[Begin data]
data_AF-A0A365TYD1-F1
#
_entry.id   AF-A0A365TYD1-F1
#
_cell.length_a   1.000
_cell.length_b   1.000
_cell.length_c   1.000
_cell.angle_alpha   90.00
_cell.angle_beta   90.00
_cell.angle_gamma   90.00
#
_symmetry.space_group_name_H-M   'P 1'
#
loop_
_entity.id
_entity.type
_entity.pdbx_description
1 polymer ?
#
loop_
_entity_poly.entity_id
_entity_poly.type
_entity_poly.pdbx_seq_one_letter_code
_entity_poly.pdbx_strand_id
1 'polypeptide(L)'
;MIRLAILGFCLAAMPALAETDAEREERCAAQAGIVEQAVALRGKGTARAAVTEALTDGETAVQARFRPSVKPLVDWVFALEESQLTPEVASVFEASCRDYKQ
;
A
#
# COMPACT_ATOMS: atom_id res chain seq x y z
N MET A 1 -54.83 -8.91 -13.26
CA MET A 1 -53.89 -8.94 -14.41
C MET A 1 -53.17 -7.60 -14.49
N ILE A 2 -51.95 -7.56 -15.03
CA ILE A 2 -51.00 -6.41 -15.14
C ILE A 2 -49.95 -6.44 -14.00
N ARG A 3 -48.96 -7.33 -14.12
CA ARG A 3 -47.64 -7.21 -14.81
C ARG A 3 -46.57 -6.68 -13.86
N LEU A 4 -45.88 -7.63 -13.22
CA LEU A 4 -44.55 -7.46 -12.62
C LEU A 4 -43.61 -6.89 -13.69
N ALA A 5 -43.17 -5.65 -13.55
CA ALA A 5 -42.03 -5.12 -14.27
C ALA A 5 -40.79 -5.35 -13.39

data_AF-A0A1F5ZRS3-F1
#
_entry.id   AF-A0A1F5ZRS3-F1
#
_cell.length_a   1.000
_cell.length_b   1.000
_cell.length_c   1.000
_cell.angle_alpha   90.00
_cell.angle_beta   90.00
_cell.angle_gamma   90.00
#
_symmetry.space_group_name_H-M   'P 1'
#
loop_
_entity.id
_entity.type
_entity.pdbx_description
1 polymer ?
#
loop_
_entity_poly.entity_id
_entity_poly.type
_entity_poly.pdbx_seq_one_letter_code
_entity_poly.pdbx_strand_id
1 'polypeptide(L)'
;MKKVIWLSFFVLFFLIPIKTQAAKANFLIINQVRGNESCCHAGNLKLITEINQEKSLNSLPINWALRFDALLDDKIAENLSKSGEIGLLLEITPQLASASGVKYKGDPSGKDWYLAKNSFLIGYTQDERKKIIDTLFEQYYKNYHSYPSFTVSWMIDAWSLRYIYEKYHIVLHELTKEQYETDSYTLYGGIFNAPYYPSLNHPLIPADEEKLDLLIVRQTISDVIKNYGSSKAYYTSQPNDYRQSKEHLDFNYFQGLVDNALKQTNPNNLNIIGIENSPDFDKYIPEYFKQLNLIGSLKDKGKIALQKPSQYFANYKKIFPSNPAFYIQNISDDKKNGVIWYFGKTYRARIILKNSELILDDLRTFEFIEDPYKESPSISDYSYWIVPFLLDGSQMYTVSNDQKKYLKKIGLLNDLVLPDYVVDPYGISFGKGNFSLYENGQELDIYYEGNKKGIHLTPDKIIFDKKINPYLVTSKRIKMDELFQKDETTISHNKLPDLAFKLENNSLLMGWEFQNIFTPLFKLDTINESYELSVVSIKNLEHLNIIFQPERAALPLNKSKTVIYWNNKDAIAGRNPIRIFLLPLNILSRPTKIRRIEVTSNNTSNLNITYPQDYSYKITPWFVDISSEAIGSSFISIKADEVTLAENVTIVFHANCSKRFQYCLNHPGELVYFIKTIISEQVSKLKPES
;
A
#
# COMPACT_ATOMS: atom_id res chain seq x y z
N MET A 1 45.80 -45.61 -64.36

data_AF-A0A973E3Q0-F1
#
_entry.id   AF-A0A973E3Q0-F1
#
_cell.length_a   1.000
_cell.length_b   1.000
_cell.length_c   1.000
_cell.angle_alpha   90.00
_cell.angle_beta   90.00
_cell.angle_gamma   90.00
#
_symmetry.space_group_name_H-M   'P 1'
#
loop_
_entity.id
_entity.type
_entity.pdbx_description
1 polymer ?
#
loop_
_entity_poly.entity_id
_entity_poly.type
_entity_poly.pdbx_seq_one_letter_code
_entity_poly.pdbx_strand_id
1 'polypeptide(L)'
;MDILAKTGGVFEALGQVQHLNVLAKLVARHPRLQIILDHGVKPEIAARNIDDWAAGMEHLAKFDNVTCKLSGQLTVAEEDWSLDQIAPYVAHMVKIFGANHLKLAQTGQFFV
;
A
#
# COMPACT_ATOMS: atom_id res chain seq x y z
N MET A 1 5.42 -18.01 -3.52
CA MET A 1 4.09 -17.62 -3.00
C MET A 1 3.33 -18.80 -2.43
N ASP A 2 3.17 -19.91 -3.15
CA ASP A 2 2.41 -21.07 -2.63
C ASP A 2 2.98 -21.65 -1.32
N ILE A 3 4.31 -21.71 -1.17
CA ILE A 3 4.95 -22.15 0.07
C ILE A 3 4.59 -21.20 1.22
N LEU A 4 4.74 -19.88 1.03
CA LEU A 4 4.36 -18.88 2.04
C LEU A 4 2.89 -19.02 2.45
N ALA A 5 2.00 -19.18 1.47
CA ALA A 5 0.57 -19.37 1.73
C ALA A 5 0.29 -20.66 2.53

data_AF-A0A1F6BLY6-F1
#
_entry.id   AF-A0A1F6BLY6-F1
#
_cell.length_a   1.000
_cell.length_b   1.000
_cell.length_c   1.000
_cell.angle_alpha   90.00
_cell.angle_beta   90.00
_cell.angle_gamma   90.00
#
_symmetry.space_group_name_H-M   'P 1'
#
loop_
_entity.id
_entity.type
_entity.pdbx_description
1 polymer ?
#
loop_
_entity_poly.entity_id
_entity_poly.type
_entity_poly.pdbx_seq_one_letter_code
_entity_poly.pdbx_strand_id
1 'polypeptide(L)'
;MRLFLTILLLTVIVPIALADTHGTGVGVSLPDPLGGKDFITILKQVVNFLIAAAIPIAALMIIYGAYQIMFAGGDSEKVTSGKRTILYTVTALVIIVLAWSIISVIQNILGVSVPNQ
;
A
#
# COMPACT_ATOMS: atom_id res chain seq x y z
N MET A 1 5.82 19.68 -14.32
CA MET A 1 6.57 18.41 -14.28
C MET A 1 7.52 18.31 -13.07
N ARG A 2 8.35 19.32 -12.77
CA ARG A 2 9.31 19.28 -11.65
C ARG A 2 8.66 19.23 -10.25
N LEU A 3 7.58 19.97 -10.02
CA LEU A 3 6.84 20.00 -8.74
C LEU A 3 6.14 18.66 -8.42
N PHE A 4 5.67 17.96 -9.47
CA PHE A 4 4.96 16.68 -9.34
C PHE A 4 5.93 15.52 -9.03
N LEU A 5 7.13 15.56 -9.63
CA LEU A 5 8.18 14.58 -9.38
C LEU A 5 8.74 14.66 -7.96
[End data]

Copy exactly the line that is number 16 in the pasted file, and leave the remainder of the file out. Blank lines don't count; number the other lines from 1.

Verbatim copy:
_entity.type